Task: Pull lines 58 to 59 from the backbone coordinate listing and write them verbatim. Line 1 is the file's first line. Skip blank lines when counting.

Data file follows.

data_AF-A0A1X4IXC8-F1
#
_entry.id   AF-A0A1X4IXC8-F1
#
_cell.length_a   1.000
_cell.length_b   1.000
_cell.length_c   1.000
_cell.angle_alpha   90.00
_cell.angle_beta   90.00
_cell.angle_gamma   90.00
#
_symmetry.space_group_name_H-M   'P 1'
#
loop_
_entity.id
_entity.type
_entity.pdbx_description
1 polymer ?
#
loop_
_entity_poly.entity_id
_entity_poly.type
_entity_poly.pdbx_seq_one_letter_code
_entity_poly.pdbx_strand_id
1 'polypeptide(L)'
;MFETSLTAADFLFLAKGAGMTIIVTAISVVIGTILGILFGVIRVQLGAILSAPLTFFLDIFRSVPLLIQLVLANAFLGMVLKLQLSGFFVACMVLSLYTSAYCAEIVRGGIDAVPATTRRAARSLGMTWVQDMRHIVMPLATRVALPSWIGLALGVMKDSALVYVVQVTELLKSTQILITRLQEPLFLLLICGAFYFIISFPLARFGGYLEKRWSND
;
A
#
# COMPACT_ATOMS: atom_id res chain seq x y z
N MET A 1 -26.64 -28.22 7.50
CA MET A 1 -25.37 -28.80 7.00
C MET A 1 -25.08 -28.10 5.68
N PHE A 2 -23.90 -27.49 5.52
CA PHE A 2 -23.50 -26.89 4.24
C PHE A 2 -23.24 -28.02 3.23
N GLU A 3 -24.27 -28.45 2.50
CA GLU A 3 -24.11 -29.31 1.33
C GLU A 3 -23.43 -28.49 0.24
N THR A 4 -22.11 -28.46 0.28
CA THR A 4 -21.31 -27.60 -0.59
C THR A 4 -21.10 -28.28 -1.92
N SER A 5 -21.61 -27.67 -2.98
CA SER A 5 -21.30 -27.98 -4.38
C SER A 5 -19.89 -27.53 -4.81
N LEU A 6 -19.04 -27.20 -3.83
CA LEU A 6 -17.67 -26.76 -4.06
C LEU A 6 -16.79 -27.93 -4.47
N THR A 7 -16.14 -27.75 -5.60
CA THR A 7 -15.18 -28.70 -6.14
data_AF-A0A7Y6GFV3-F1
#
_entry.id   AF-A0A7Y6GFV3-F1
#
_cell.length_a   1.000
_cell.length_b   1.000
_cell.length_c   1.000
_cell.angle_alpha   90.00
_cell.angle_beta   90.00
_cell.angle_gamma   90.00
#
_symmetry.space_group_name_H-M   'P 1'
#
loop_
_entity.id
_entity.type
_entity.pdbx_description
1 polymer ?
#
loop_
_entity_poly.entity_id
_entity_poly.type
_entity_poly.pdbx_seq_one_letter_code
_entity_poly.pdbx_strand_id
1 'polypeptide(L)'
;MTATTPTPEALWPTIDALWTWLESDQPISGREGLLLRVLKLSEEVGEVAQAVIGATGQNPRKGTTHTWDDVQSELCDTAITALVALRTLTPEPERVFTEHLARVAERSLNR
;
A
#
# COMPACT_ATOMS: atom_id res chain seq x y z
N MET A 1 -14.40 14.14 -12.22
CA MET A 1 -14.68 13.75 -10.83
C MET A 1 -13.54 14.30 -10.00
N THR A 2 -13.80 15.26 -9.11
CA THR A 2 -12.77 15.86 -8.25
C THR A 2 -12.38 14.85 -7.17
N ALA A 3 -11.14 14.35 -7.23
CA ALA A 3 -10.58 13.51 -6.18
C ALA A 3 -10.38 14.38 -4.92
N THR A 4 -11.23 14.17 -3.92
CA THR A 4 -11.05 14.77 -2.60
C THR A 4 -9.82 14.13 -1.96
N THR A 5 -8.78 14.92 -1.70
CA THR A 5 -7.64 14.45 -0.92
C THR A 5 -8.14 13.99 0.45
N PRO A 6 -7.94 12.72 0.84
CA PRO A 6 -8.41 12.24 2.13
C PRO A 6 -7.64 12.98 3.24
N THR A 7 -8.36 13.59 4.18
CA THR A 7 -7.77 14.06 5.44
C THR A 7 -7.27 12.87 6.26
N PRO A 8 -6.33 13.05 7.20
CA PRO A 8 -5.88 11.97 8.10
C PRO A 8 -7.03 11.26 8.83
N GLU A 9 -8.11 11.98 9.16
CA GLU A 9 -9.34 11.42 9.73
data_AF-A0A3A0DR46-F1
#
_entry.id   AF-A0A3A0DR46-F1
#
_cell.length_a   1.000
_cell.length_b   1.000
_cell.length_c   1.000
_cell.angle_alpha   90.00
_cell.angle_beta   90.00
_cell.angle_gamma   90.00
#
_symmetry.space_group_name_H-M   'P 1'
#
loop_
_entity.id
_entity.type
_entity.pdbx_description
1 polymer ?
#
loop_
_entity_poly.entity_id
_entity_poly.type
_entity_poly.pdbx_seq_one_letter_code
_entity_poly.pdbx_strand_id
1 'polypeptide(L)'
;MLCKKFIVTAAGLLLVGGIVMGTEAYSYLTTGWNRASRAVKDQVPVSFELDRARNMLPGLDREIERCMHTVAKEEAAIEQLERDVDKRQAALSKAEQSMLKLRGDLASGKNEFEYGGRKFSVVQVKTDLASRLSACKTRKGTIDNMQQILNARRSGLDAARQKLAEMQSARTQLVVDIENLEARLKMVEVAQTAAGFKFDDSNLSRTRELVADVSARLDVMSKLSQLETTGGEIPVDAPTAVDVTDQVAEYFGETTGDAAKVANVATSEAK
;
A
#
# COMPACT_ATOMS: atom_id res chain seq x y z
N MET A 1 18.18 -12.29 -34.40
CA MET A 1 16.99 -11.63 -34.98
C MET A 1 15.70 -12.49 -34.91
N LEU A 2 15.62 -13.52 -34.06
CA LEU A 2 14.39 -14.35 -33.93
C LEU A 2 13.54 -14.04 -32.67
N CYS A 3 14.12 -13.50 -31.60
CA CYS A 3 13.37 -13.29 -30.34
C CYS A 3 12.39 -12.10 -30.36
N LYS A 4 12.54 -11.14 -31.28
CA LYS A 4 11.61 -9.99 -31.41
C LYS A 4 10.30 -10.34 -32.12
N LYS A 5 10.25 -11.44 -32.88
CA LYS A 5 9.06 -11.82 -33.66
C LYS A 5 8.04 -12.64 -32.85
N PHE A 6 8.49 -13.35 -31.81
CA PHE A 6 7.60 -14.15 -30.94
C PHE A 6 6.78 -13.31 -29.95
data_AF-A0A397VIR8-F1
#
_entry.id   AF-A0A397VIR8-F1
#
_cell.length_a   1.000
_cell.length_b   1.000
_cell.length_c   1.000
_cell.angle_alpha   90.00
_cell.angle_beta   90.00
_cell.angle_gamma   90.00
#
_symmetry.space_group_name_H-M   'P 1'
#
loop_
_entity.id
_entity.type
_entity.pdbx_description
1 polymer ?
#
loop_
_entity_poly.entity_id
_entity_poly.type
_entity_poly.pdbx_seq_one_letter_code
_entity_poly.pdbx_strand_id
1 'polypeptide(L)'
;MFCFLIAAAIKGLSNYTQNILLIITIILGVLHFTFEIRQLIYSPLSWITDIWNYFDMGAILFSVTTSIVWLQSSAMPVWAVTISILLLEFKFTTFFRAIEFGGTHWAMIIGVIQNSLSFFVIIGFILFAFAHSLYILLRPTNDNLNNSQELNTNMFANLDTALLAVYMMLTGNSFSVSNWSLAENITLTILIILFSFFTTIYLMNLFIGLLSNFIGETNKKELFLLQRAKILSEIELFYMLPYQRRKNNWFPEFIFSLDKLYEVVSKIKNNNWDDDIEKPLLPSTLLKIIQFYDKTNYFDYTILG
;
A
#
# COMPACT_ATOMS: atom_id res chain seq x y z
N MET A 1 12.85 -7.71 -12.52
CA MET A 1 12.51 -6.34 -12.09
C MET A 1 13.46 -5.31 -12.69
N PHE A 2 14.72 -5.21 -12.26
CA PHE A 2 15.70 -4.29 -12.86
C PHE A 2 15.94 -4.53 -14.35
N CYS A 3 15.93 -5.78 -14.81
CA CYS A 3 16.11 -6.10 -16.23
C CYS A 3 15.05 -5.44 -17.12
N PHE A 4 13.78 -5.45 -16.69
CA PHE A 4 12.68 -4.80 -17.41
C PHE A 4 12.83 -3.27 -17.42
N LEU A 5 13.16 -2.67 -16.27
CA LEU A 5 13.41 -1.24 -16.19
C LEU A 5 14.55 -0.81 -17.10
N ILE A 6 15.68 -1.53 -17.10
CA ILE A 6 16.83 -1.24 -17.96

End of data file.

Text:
_cell.angle_alpha   90.00
_cell.angle_beta   90.00